Money talks in the startup community, especially when SoftBank comes knocking with the megabucks of its Vision Fund.
Despite the public outcry around the firm’s dependence on money from Saudi Arabia in the wake of that country’s assassination of Washington Post journalist Jamal Khashoggi, deal flow for SoftBank’s Vision Fund appears to be back to normal.
The $100 billion megafund has done 21 deals over the last two quarters; that’s more than in the other quarters of the previous year combined, according to data from Crunchbase, thanks to an uptick from Asia. Since the October 2 murder, there have been 11 investments in U.S. companies, seven in Asia, two in Europe and one in Latin America. Just this week, the fund completed a near $1.5 billion investment in Southeast Asia-based ride-hailing company Grab.
While U.S. and European firms have more options, and therefore, perhaps deserve more scrutiny, SoftBank’s cash is increasingly the only game in town for startups in Asia, where there are fewer alternatives for later-stage capital outside of large Chinese private equity firms or tech giants — which come with their own risks.
The Vision Fund is seen by some critics as tainted money for its links to the Saudi Royal family. Saudi Arabia’s Public Investment Fund (PIF) is the fund’s anchor investor and is controlled by Crown Prince Mohammad bin Salman, who has been strongly linked with the murder of Saudi journalist Jamal Khashoggi, an outspoken critic of the regime.
Khashoggi, a Washington Post columnist, was murdered on October 2 after he entered the Saudi consulate in Istanbul. His visit was part of an effort to obtain divorce documents in order to marry his fiancée, but it ended with his apparently gruesome death. Audio clips suggest he was beheaded, dismembered and had his fingers severed before his body was dissolved in acid, although new reports suggest it may have been burned.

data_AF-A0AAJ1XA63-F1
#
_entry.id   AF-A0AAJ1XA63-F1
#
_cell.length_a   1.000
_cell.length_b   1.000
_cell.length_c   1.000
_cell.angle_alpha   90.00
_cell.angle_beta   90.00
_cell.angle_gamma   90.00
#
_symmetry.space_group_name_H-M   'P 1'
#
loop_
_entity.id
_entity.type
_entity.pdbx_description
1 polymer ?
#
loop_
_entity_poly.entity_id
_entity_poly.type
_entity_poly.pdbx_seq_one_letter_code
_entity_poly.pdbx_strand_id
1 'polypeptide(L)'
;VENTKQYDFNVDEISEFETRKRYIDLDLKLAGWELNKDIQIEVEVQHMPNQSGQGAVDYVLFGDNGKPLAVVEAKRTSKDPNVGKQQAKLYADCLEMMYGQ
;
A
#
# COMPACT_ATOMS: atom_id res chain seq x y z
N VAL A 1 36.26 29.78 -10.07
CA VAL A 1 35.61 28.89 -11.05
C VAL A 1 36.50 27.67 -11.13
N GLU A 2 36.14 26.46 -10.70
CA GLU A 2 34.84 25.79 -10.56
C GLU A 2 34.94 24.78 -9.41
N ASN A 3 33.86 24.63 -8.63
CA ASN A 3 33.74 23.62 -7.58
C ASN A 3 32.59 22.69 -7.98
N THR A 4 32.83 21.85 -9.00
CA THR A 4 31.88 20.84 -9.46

The Vision Fund is designed to finance “global winners,” which, like all investment funds, is set up to provide “unfair advantages” to help its companies grow into hugely important businesses. On the financial end, as is the norm, it is built to provide handsome returns to the LPs, thus directly boosting the coffers of the PIF, the Saudi kingdom and, by extension, the Saudi prince himself.
An investigation is ongoing, but there’s already plenty of evidence to suggest that the murder happened at the request of the prince.
Sources within the U.S. State Department have reportedly said it is “blindingly obvious” that the Crown Prince ordered the killing — he reportedly threatened to shoot Khashoggi one year before. But, now that the apparent period of outrage is over, SoftBank has reverted back to writing checks and companies are taking them in spite of the links to Saudi Arabia.
For startups, the money flow means that a major source of capital for growth or subsidies for customers comes from the Saudi royal family’s pockets — a regime that would reportedly not hesitate to murder a critical voice.
What are the companies saying?
SoftBank itself said it has a commitment to “the people” of Saudi Arabia that will see it deploy its capital unchanged, although chairman Masayoshi Son did concede that he will wait on the findings of the investigation into the murder before deciding on whether PIF will be involved in a second Vision Fund.
The founders taking the capital have been more cautious. When questioned, executives talk about the specifics of their deal and their growth plans; most defer issues on the management of LPs, like PIF, to SoftBank. While offering words in support of the ongoing murder investigation, they manage to say little about the ethics of taking money from the Saudi regime.